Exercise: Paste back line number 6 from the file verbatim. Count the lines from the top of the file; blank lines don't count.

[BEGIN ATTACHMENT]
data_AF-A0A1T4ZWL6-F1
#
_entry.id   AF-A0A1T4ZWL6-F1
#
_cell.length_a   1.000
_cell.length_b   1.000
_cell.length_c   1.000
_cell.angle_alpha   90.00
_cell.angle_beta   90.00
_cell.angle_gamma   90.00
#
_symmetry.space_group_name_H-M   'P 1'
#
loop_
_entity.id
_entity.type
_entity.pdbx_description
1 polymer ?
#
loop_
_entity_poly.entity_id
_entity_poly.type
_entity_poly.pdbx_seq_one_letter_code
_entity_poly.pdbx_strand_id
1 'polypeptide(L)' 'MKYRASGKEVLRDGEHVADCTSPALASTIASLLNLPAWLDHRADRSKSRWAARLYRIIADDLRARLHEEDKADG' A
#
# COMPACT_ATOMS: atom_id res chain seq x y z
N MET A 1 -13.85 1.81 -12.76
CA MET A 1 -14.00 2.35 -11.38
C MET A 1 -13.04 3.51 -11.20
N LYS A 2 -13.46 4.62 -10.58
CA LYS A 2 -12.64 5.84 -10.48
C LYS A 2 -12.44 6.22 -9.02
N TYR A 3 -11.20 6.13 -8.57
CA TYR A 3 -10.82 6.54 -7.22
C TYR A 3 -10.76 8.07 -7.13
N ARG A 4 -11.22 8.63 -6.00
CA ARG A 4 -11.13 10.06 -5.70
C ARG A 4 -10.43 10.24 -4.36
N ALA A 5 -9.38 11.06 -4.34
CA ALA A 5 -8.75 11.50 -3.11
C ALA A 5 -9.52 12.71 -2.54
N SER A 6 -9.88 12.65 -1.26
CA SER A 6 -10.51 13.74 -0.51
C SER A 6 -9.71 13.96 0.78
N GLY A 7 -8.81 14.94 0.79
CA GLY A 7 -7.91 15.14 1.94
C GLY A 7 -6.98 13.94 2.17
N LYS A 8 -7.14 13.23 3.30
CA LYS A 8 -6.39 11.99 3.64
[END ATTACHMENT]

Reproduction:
_cell.length_b   1.000